Well, we’ve tried to capture a sense of a real community, so we’ve tried to represent all of those politics through that filter. It’s less didactic than Pigs for sure. I think it’s subtler. Pigs had a really strong political rage to it—it was absolutely a game that we wanted to make a political statement with. Rapture is much more about people. So there’s a wider spread of politics and concerns in there, from a whole bunch of perspectives. There’s certainly a political theme at the centre of it, but it’s hard to talk about that because it’s such a strong part of the story.
KS: Yeah, I get that.
So yes, I think we’re interested in people and that means you are interested in politics by default. So we’ll always be quite a political company—but it’s definitely part of the mix in Rapture, not the core theme.
KS: Well, that makes me wonder, too, about the focus of the storytelling. Dear Esther was a game very much about the personal, Pigs about an entire period of history, and Rapture seems to be increasing the scope to an even larger scale. When you talk about the “wider spread” of politics and concerns, are you trying to represent a sort of a cross section of humanity? Or maybe just a cross section of people living in rural England?
Funny, I’d say Rapture is the most personal game we’ve made. Dear Esther for me was intensely private, trying to really get inside one person’s life as it fell apart. Weirdly, Pigs followed through with that I suppose. It’s still very much about one man coming to terms with himself and his actions.
Rapture is definitely wider in that it’s much more of an ensemble piece—it’s about a community and the relationships between people—but maybe as a result of that it’s much more accessible. It’s more like a radio drama or a TV mini-series. And it’s actually designed so you can play it like a mini-series, in hour-long blocks. It’s about caring about the people in the story.
KS: I see.
We were really interested—probably coming from the cozy catastrophe novels that were at the centre of the inspiration—in this idea that if the world ended, it would still be the small human things that mattered. You can’t conceive of a city going up in smoke, but you can empathize with a parent waiting for their child to come home from school. Or a missed train, or washing burning on the line, or a loved one getting sick.
So, Rapture is about those moments, and more characters gives us more opportunity for you to find the character, the story you really identify with. Which alongside the different style and language definitely makes it our most accessible game so far I think.
KS: Well, the one logo-type image at the end of the trailers—the couple holding hands—presents the idea of basic human emotions holding up in the face of these cosmic catastrophes.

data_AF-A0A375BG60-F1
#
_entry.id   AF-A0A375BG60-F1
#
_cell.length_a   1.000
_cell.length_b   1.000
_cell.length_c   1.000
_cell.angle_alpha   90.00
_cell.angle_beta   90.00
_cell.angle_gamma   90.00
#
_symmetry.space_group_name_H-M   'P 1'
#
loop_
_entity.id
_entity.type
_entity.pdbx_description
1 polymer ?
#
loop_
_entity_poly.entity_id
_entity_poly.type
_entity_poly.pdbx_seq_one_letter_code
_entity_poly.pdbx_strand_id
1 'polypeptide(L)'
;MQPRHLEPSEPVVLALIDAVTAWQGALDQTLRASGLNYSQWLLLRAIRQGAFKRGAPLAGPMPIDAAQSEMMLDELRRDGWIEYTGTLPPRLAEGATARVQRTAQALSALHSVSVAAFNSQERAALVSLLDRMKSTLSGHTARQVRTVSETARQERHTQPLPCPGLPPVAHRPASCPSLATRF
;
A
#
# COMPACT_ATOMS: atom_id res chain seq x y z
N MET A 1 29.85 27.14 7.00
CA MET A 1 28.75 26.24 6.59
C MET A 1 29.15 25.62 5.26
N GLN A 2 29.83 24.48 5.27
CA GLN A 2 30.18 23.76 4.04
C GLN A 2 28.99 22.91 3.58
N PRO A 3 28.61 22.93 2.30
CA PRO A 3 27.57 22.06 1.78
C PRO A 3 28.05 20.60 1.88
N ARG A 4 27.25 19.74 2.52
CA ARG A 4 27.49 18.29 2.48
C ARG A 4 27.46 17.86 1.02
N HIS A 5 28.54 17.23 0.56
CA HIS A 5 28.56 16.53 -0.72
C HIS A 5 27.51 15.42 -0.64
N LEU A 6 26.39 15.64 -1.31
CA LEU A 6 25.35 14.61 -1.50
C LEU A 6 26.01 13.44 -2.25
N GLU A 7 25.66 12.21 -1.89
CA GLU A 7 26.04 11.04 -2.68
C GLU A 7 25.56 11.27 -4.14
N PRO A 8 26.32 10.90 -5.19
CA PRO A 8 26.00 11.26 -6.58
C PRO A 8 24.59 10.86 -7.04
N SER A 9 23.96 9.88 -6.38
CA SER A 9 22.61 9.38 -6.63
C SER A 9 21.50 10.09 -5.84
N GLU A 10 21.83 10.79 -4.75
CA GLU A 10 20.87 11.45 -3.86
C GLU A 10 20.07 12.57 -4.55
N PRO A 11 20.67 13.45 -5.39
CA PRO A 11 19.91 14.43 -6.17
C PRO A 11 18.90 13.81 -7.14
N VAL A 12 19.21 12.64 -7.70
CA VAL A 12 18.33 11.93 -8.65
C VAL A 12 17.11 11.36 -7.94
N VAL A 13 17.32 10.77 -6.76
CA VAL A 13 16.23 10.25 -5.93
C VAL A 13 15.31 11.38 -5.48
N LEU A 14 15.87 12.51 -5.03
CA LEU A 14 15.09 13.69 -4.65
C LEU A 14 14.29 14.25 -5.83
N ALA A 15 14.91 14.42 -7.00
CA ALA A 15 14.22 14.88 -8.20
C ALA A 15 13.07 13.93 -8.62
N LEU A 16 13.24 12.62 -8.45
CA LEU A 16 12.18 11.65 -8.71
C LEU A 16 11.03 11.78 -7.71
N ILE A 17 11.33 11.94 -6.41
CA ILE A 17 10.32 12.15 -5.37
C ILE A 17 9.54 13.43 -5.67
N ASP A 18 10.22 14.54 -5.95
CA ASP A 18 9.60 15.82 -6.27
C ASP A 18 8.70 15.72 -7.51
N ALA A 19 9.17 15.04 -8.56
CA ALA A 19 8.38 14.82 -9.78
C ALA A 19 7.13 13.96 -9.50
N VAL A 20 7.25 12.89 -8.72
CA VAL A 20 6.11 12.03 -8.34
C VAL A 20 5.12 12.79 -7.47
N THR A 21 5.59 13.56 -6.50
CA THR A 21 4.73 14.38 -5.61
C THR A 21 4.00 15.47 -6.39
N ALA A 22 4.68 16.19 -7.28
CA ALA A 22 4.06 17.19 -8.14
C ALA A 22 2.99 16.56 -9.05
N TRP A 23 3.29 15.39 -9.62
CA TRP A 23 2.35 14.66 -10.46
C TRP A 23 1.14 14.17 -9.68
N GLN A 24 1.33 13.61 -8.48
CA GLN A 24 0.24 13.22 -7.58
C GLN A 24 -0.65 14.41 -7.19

Absolutely, that’s definitely what we wanted to communicate.
KS: Which is one of the most humane, life-affirming images you can get.
That’s good to hear! Yeah, it’s the humanity in the face of whatever comes that we really wanted to capture. Not heroics in the usual game sense, but genuine everyday human heroics—the small acts of kindness or togetherness that make life worth living. After Pigs, which had a pretty unrelentingly bleak take on human nature, we wanted to do something about the good in people.
KS: That’s good to know. Pigs was deeply unnerving.
Yeah, it was quite harrowing to work on.
KS: Is there any of the sense of fear that was in Esther and Pigs in Rapture?
DP: Yeah, it’s still very eerie and definitely has that “The Chinese Room tone” we seem to get in our games. It is about the end of the world and we don’t shy away from that. There are some really pretty disturbing moments. More than Pigs in many ways, because it isn’t overt horror, but is much more about just being in the room with frightened, confused people trying to comfort each other as best they can.
And that’s important to me—you understand how powerful and amazing the small acts are because it’s not about saving the world or being the hero, it’s more about someone saying “it’ll be OK” to comfort another person when they know full well it won’t and they are biting down their own fear.
Fragility was a really important term we used a lot in development. Life is precious because it’s so fragile.
KS: That makes me think a lot of apocalyptic stories like The Road or even parts of Murakami novels—the idea that the most important thing is kindness in the face of possibly cosmic changes.
KS: Do you engage with the background of the Rapture at all in the game or is it never a primary concern? Like the cause, nature of it, etc.
Oh yeah, the central mystery really is what has happened. We see it like one big open-world jigsaw. All the information is there, but it will depend on what scenes you discover, how you explore, who you chose to believe or engage with. We want it to be a story that you assemble from the pieces we supply, which is, in one sense, the way we’ve always tried to handle story. But I think this is on a level of sophistication above what we’ve done before. We’re trying to get away from the idea of us telling you a story to be much more you discovering one.
Which in a way, is a big move towards traditional game narrative, but without this story having to serve a mechanical goal. It doesn’t have to work with any other systems, it’s just there for itself. Which is really liberating obviously.
KS: So you expect players to have a real sense of what caused the end of the world and what the state of the world is by the time they’re done? Or if they poke around/think about things enough?
They should. But there’s a lot of world and story. It’s possible to complete the game without finding half of it, and you won’t always understand a character’s motives or actions if you miss some scenes. So, although you’d probably have a good sense of what caused the end of the world, you might not have the same story as another player in terms of the details. And that’s really interesting for me.
KS: I wonder how you design a narrative that way in order to make it satisfying for all types of players—those who really dig in and those who essentially just try to get the “main” portion of everything.
It’s a long process of iteration . . . .
KS: I wanted to talk to you, too, about the realism of the game’s environment—the really accurately modeled town—and the sense of history imparted by these sort of timeless rural English villages. In Canada there isn’t the same sense of history to our buildings—most everything still standing has been built within the last 300 years. And when visiting the U.K. and Ireland there’s the sense, when you get out of the cities, that so many lives have been lived before you.